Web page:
Estimating the impact of COVID-19 pandemic on services provided by Italian Neuromuscular Centers: an Italian Association of Myology survey of the acute phase

Eleonora Mauri, Elena Abati, Olimpia Musumeci, Carmelo Rodolico, Maria Grazia D’Angelo, Massimiliano Mirabella, Matteo Lucchini, Luca Bello, Elena Pegoraro, Lorenzo Maggi, Letizia Manneschi, Chiara Gemelli, Marina Grandis, Angela Zuppa, Sara Massucco, Luana Benedetti, Claudia Caponnetto, Angelo Schenone, Stefano C. Previtali, Marina ScarlatoEnrico Bertini, Marika Pane, Eugenio Mercuri, Federica Ricci, Angela Berardinelli, Guja Astrea, Sara Lenzi, Roberta Battini, Filippo M. Santorelli, Paola Tonin, Barbara Fossati, Chiara Panicucci, Claudio Bruno, Sabrina Ravaglia, Giorgio Tasca, Enzo Ricci, Valeria Sansone, Alessandra Govoni, Francesca Magri, Roberta Brusa, Daniele Velardo, Monica Sciacco, Stefania Corti, Nereo Bresolin, Isabella Moroni, Sonia Messina, Rocco Liguori, Antonio Toscano, Carlo Minetti, Giacomo Pietro Comi

Research output: Contribution to journalArticlepeer-review


Introduction. Since February 2020, the outbreak of COVID-19 in Italy has forced the health care system to undergo profound rearrangements in its services and facilities, especially in the worst-hit areas in Northern Italy. In this setting, inpatient and outpatient services had to rethink and reorganize their activities to meet the needs of patients during the “lockdown”. The Italian Association of Myology developed a survey to estimate the impact of these changes on patients affected by neuromuscular disorders and on specialized neuromuscular centers during the acute phase of COVID-19 pandemic. Methods. We developed an electronic survey that was sent to neuromuscular centers affiliated with the Italian Association of Myology, assessing changes in pharmacological therapies provision, outpatient clinical and instrumental services, support services (physiotherapy, nursing care, psychological support) and clinical trials. Results. 40% of surveyed neuromuscular centers reported a reduction in outpatient visit and examinations (44.5% of centers in Northern regions; 25% of centers in Central regions; 50% of centers in Southern regions). Twenty-two% of centers postponed in-hospital administration of therapies for neuromuscular diseases (23.4% in Northern regions; 13.0% in Central regions; 20% in Southern regions). Diagnostic and support services (physiotherapy, nursing care, psychological support) were suspended in 57% of centers (66/43/44% in Northern, Central and Southern centers respectively) Overall, the most affected services were rehabilitative services and on-site outpatient visits, which were suspended in 93% of centers. Strategies adopted by neuromuscular centers to overcome these changes included maintaining urgent on-site visits, addressing patients to available services and promoting remote contact and telemedicine. Conclusions. Overall, COVID-19 pandemic resulted in a significant disruption of clinical and support services for patients with neuromuscular diseases. Despite the efforts to provide telemedicine consults to patients, this option could be promoted and improved further. A close collaboration between the different neuromuscular centers and service providers as well as further implementation of telehealth platforms are necessary to ensure quality care to NMD patients in the near future and in case of recurrent pandemic waves.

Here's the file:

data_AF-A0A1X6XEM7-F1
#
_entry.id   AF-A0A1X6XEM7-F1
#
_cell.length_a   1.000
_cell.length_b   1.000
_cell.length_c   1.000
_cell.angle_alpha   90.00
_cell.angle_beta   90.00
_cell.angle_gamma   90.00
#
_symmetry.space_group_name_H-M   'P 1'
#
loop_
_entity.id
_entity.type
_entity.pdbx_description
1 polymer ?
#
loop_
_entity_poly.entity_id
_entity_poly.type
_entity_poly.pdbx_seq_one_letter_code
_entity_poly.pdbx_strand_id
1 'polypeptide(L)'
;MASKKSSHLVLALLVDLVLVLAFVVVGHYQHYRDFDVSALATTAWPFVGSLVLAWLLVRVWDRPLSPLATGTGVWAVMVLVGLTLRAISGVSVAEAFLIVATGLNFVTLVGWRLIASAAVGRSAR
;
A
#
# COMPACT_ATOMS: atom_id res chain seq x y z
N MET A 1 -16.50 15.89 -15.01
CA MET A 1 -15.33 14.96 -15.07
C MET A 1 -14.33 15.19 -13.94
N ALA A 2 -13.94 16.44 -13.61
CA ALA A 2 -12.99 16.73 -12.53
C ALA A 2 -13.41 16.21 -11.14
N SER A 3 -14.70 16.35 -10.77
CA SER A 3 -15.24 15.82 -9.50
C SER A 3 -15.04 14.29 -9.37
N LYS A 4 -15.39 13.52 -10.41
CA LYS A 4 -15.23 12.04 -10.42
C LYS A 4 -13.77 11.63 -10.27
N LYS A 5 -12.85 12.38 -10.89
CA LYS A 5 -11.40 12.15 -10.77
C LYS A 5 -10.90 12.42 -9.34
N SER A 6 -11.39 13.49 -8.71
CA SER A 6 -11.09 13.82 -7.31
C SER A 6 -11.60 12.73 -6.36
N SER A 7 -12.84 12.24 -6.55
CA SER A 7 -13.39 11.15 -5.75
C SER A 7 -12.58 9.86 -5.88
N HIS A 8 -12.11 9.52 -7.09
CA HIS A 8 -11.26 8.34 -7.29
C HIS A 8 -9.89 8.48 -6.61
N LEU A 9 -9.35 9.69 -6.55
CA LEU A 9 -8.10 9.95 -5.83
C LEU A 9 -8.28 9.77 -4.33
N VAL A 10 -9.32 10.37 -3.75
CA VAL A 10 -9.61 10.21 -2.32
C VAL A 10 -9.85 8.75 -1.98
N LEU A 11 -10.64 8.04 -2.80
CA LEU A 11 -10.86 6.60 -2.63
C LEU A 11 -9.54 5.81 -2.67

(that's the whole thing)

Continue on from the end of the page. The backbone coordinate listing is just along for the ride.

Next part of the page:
Original languageEnglish
Pages (from-to)57-66
Number of pages10
JournalActa Myologica
Issue number2
Publication statusPublished - Jun 2020


  • COVID-19
  • Myastenia gravis
  • Myopathies
  • Neuromuscular diseases
  • Neuromuscular services
  • Neuropathies
  • SARS-CoV-2

ASJC Scopus subject areas

  • Cardiology and Cardiovascular Medicine


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